The Relationships of Dietary Behavior, Food Intake, and Life Satisfaction with Family Meal Frequency in Middle School Students

중학생의 가족식사 횟수에 따른 식행동, 식품섭취 및 삶의 만족도

  • Kwon, Jeung Eun (Department of Nutrition Education, Graduate School of Education, Inha University) ;
  • Park, Hee Jin (Department of Food & Nutrition, College of Human Ecology, Inha University) ;
  • Lim, Hyun Suk (Department of Food & Nutrition, College of Human Ecology, Inha University) ;
  • Chyun, Jong Hee (Department of Food & Nutrition, College of Human Ecology, Inha University)
  • 권정은 (인하대학교 교육대학원 영양교육전공) ;
  • 박희진 (인하대학교 생활과학대학 식품영양학과) ;
  • 임현숙 (인하대학교 생활과학대학 식품영양학과) ;
  • 천종희 (인하대학교 생활과학대학 식품영양학과)
  • Received : 2013.01.03
  • Accepted : 2013.06.19
  • Published : 2013.06.30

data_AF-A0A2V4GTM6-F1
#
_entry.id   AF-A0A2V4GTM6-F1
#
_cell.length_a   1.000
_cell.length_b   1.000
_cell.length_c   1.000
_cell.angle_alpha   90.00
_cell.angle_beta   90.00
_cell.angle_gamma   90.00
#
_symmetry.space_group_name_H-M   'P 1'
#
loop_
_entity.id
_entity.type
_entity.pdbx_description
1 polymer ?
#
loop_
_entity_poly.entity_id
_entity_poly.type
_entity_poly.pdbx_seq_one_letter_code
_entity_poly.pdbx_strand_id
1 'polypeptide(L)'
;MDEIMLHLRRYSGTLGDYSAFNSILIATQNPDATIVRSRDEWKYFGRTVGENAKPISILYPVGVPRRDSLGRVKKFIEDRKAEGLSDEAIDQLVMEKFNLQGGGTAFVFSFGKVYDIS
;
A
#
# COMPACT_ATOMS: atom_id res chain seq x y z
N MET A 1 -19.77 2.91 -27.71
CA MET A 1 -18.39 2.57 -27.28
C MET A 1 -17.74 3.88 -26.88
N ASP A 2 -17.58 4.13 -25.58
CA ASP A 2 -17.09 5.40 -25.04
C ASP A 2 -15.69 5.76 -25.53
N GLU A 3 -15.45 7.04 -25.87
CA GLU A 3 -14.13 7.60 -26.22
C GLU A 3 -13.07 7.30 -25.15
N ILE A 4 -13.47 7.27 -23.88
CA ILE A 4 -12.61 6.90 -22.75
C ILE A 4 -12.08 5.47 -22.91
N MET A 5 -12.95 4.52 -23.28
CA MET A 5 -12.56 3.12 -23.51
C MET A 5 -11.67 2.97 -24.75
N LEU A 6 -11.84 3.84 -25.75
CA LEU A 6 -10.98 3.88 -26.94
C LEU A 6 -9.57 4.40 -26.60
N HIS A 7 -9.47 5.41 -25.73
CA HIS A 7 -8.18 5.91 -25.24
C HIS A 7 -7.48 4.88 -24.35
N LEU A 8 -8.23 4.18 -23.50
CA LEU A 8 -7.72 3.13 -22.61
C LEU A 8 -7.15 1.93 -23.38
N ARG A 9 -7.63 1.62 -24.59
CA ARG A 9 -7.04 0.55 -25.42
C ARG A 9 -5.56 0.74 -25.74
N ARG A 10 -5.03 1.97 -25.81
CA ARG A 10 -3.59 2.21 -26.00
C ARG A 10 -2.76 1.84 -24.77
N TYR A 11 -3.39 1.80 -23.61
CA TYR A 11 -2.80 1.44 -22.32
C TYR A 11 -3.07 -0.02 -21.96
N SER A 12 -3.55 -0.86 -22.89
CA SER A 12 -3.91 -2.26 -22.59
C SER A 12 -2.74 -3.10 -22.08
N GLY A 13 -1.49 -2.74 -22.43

To study the importance of family meals in adolescents, 251 middle school students were surveyed through a questionnaire on their family meal patterns, dietary behaviors, food intake, and life satisfaction. The family meals were defined as "meals with all family members living together" by 62.2% of the students. For the frequency of family meals, 42.2% of the students replied having family meals "More than once a day". A common reason for the difficulty in having a family meal was a "lack of time" (73.3% of the students). Students tended to respond that they would be most fond in having meals with entire family members with traditional Korean food. Having more frequent family meals was found to benefit both individual and familial dietary behavior. In terms of food intake according to the frequency of family meals, the group having frequent family meals consumed significantly more rice, tofu, legumes, meats, fishes, eggs, green vegetables, seaweeds, fruits, milk, and milk products. This indicates that students can achieve a balanced diet through family meals. In terms of emotional status, the group having more frequent family meals showed a higher satisfaction with their daily life, health, nutritional status, and care from their relatives. In terms of personal mental status, the group having more frequent family meals was also found to be more effective at controlling undesirable emotions such as loneliness, indignation, and lethargy. As a result of this study, students in the group having more frequent family meals were found to have a positive dietary behavior, a balanced nutrition, a higher life satisfaction, and a more stable mental status. This result is useful as nutritional and educational information in schools to impress upon the public the importance of family meals for adolescents.


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